There are vital differences between a protective order and a retraining order in Texas. A protective order is the more severe of the orders and is also called an order of protection. It is a court order that typically demands that a specific abuser stop harassing, stalking, threatening, or physically assaulting a specific victim. Protective orders are usually set for a period of two years once a judge signs off on them, but can be longer than two years. These orders often require an abuser to refrain from attempting to contact the victim, both physically and verbally, including by telephone, text, email, social media, and any other form of communication. The zone of protection of a protective order can also encompass the victim’s children and other family members, as well as property.
A restraining order, on the other hand, is typically used to prevent parties on either side of a lawsuit or court case from engaging in certain behaviors that they can and cannot do. They can prevent the other party from having temporary access to the children or withdrawing them from school or hiding them from the other party. Restraining orders can be written to protect property if you have sued someone and you are afraid they will cause you harm. The court may create a restraining order to ensure that one or both spouses maintain a certain conduct while the divorce is pending. Restraining orders are used routinely in divorces that occur in Texas. As an example, a restraining order may prevent either spouse from withdrawing funds from all of their joint bank accounts while a divorce is pending. Restraining orders can be lengthy and contain numerous provisions.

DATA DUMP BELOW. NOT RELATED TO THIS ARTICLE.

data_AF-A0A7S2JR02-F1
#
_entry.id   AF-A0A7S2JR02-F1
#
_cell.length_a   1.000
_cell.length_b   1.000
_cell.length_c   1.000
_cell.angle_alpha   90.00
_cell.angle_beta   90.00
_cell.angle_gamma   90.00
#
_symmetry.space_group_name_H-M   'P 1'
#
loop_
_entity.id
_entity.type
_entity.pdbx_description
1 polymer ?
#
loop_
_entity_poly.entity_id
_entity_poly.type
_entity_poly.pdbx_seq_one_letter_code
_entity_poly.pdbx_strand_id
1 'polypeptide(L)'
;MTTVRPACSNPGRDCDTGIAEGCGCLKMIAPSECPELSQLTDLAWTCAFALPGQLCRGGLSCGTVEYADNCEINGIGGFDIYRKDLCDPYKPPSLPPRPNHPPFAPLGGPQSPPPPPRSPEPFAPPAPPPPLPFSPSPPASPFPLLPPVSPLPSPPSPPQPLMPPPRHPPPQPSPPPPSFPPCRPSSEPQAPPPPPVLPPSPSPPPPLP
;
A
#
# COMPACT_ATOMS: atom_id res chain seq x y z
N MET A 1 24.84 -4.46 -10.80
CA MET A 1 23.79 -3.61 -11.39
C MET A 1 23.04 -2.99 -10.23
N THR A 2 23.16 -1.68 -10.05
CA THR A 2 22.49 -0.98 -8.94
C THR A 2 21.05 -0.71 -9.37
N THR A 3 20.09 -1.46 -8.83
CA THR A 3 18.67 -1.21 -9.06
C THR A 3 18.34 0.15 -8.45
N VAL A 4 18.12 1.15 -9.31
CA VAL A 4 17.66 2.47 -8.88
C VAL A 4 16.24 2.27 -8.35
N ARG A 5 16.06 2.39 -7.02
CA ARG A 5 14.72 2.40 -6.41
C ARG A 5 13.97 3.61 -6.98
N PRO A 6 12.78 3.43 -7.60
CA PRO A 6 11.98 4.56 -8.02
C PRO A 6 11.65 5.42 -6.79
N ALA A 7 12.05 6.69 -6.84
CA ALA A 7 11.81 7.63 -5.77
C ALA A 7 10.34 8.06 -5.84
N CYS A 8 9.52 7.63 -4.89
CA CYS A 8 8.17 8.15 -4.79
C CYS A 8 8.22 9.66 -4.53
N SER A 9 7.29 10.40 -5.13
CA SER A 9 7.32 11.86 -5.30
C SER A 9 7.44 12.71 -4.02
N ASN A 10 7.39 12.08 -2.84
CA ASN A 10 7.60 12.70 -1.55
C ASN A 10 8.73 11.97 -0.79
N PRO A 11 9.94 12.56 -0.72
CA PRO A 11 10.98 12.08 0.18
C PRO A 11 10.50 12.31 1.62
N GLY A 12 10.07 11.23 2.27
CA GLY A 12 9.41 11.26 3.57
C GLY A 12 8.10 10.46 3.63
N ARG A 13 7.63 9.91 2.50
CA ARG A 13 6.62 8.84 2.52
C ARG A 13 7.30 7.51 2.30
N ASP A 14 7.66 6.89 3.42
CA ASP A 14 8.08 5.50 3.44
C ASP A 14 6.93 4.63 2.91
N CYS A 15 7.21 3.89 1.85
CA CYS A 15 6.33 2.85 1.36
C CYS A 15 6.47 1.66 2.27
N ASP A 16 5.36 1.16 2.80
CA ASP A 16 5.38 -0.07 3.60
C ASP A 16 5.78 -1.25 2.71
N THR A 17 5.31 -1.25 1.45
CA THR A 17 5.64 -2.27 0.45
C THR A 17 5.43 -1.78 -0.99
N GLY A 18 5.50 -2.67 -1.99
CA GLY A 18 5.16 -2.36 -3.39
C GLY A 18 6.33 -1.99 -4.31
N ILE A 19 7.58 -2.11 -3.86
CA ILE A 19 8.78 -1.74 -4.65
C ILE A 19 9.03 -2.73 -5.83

One of the biggest distinctions between these two orders is the penalties. If a party to a lawsuit or a spouse in a divorce violates a restraining order, the violation can be brought to the court’s attention. While the court has the authority to send an offender of a restraining order to jail, this typically does not happen. On the other hand, when an abuser violates an order of protection, they can face serious criminal charges, as well as a contempt of court charge for violating a court order. In this case, the victim should call the police if an abuser violates an order of protection, as the police can enforce protective orders, while they do not have authority over restraining orders. The actual charges that are assessed for infractions will depend on the individual circumstances, including the severity of the violation and whether prior transgressions have occurred.
If you’ve been served with a restraining order during a pending civil action, there’s no need to fret tremendously, 60-70% of our contested divorce cases contain a temporary restraining order; and being served with one doesn’t necessarily mean you are a violent person. If you’ve been served with a protective order, you need to take it seriously, because violating it could be a felony with jail time if convicted.If you feel you need a protective order from a violent spouse or your child’s other parent, reach out to us immediately. We can be reached by text seven days a week at 361-648-6888.